In the same issue of the Angus Journal, Bob Long's "Beef Logic" criticizes breeders for not using EPD's to select for leaner cattle. While most agree that on the average Angus cattle need to be leaner at harvest, leanness at harvest is a MANAGEMENT issue, not a genetic one. Virtually any and all cattle can be Yield Grade (YG) 1's or YG 5's, depending on when they are harvested. Maturity patterns affect the rate of backfat deposition, (late maturing cattle deposit fat much slower than early maturing cattle) which presents both a possible bias favoring late maturing cattle and problems in adjusting to a constant age. For example, 4 frame cattle and 8 frame cattle cannot deposit fat at the same chronological rate, so why are they adjusted as if they are the same? Selecting for negative Fat Thickness (FT) EPD's will indirectly select for big framed, late maturing cattle--the exact opposite genetics needed to produce females that are functionally adapted to forage programs. A sort of the Fall 1999 Sire Evaluation for bulls that are +1.3" Yearling Height EPD and higher with FT accuracies of .5 and higher finds 24 sires. Nineteen of those are negative for FT, 2 are zero, leaving only three that are positive. This demonstrates an inverse relationship that is highly correlated between FT and frame size. In other words, as frame size goes up, fat thickness goes down. These problems are only magnified when late maturing cattle are slow growth, and early maturing cattle are high growth.

Angus breeders already have excellent growth EPD's to describe performance. We do not need performance confusing the description of carcass traits. Breeders almost universally praise the decision to offer carcass EPD's based on ultrasound data. Since most cattle can be measured for frame size when scanned, more accurate formulas can be written to adjust to constant fat thickness based on maturity patterns. Additionally and more importantly, breeders need carcass EPD's adjusted to a fat constant basis which would provide a more powerful tool to more accurately describe and select for carcass traits.


The Value of Hip Height EPD's
It seems that most of the EPD categories have had their day in the sun--birthweight, growth, milk, and marbling have all been the subject of single trait selection. However, what may be the most important EPD is often ignored-the one that measures frame size--Hip Height!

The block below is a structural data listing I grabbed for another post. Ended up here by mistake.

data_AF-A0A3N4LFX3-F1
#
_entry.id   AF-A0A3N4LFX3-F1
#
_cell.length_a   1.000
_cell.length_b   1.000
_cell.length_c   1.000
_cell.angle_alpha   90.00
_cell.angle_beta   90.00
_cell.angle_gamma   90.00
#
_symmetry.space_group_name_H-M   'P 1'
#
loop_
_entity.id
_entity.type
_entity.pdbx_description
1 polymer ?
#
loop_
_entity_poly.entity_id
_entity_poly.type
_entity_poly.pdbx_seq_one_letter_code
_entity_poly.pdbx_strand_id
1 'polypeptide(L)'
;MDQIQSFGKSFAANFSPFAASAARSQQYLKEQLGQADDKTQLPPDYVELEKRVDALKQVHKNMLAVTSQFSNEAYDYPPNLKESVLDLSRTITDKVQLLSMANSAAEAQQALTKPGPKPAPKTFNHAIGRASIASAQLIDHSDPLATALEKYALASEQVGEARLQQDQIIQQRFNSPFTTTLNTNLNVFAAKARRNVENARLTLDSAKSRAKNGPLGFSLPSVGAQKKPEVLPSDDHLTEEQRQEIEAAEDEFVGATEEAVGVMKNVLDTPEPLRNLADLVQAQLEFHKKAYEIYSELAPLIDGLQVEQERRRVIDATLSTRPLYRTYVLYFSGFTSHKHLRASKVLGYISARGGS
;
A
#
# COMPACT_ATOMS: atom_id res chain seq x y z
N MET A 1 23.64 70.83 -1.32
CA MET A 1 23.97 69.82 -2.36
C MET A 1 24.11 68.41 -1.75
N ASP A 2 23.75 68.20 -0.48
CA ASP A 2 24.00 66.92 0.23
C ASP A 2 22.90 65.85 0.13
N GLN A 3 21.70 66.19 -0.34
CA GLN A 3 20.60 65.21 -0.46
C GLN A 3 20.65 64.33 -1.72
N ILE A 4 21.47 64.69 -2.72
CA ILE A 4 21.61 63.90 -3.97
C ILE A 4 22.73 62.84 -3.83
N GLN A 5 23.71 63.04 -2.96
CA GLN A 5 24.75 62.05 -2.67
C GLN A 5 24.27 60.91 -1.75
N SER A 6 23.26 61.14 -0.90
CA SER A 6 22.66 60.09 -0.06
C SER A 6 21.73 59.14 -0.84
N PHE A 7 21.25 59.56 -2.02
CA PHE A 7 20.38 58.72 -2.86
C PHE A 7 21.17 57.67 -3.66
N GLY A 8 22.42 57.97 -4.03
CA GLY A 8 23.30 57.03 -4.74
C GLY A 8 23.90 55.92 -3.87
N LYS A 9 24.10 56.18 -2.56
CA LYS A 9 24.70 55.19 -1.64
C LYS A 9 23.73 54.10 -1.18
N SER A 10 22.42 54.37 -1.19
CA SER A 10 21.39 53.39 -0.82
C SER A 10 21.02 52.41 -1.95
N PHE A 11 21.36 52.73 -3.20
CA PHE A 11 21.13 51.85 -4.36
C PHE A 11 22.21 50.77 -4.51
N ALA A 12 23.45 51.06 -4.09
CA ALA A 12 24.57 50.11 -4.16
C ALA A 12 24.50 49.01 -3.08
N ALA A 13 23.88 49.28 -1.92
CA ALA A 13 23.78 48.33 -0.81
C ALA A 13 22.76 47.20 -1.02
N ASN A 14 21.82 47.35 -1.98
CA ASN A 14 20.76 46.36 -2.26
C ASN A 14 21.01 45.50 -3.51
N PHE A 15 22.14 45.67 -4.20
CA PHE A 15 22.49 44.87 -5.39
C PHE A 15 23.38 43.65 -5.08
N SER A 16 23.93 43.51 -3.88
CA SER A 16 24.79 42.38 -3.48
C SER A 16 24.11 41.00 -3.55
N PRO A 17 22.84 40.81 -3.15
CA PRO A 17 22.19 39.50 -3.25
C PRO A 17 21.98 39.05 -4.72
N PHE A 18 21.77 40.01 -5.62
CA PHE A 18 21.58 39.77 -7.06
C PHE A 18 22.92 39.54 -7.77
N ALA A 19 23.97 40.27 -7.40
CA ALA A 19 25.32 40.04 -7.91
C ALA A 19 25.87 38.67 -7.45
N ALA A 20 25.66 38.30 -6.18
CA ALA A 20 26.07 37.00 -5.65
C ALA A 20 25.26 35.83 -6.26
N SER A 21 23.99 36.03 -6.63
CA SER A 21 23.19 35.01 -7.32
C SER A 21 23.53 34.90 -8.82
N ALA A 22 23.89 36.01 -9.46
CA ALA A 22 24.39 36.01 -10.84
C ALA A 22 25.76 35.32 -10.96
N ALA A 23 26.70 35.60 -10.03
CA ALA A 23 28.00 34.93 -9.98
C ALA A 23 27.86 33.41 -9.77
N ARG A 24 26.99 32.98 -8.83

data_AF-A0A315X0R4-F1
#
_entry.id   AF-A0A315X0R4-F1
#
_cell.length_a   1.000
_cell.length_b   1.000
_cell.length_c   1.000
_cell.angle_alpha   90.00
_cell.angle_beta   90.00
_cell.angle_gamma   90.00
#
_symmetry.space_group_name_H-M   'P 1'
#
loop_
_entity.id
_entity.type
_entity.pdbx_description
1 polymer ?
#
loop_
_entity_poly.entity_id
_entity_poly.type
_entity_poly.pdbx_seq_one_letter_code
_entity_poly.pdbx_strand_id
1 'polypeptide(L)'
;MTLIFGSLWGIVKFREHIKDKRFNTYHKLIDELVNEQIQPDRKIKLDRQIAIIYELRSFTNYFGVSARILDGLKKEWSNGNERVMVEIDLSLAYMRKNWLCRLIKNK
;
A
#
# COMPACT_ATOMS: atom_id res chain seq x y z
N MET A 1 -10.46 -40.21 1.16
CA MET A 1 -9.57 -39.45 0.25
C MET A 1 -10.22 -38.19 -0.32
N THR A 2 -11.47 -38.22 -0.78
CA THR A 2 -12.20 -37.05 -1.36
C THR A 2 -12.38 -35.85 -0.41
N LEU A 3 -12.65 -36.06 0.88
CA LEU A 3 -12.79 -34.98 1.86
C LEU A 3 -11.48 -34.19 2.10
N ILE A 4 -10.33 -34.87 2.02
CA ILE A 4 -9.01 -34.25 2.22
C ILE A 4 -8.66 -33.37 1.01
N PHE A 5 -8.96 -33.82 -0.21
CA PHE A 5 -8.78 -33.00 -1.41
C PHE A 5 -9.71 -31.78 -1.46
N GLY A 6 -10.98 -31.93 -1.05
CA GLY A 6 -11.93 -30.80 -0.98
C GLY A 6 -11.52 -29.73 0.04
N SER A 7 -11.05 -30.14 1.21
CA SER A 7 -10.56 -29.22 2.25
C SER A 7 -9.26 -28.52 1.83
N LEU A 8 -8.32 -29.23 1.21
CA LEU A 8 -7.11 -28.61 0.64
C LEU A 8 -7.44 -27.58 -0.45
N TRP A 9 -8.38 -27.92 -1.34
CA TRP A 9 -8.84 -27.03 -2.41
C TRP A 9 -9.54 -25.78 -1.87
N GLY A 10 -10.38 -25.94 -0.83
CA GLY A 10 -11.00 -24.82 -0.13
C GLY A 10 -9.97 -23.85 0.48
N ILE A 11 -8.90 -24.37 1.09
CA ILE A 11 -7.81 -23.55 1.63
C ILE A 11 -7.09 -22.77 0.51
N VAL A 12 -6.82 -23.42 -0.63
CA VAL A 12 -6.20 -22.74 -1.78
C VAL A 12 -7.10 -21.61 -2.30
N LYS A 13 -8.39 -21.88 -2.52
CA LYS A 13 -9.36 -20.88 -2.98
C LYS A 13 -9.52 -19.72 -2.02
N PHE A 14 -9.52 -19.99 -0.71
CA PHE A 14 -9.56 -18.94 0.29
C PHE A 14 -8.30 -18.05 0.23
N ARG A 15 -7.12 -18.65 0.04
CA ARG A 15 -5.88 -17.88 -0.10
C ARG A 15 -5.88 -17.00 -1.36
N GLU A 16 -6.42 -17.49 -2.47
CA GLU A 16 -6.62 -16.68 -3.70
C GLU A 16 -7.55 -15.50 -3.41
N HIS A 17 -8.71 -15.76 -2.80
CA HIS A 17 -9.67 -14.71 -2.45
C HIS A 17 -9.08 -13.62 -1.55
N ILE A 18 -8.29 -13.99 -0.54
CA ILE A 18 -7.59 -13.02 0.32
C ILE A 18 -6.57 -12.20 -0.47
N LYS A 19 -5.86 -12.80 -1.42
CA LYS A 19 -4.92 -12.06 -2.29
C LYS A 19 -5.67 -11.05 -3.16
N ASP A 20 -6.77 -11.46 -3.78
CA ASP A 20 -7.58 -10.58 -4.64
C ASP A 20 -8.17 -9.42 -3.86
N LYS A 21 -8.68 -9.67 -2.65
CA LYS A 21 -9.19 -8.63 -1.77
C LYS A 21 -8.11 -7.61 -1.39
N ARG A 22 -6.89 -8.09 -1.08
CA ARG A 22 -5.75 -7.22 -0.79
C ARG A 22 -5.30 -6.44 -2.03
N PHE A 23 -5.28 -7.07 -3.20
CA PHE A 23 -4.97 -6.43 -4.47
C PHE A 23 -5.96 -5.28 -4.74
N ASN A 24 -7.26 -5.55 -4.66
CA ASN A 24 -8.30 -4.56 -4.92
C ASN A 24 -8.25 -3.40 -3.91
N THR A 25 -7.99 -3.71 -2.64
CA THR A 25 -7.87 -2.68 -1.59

Nearly all practical cattlemen agree that there are two areas cattle must "fit":

1.) Breeding cattle must fit their environment, and
2.) Market cattle must fit the box.

Cattle that fit both criteria will be in demand in the future whereas breeding cattle that are too big to function in their forage environment and market cattle that are too small or too big for the box will be discounted. (Many breeders need to remember that cattle with length, muscle, and skeletal width don't need to be big-framed to fit the box.)

While improving weaning and yearling EPD's are goals most breeders share, care must be taken not to concurrently select for excessive frame size. Large Hip Height EPD's can indicate:

1.) Big-framed, late maturing cattle with excessive mature size, and
2.) Skeletal structure that is too straight and predisposed to soundness problems.

Both of these are detrimental to selecting replacement females. Yet, there is a place in the purebred industry for the production of bigger framed high-growth bulls that can help maximize production efficiency when mated to smaller framed cows. However, commercial breeders must take care because these gains in efficiency can be lost if "bigger" replacements are retained and then compounded if these females are mated back to big-framed bulls.

We find that five and six frame cattle work best in our programs. Consequently, we refrain from using bulls whose progeny frequently exceed these frame scores. We believe that breeders need to recognize the range in frame size necessary for both market cattle to fit the industry's "box" and breeding cattle to fit their respective environments in a least-cost manner. Cattlemen must then select for performance and other traits within these parameters of optimum size.


The Heritability of Fertility

I am thrilled to read about the studies at Colorado State, which show fertility in cattle to be more highly heritable than previously thought. Some of Colorado's more recent work suggests the heritability could be 20%. I think that figure is low but nevertheless, it is encouraging that the academic community is revisiting this question given the economic importance of annual production and longevity to cow-calf profits.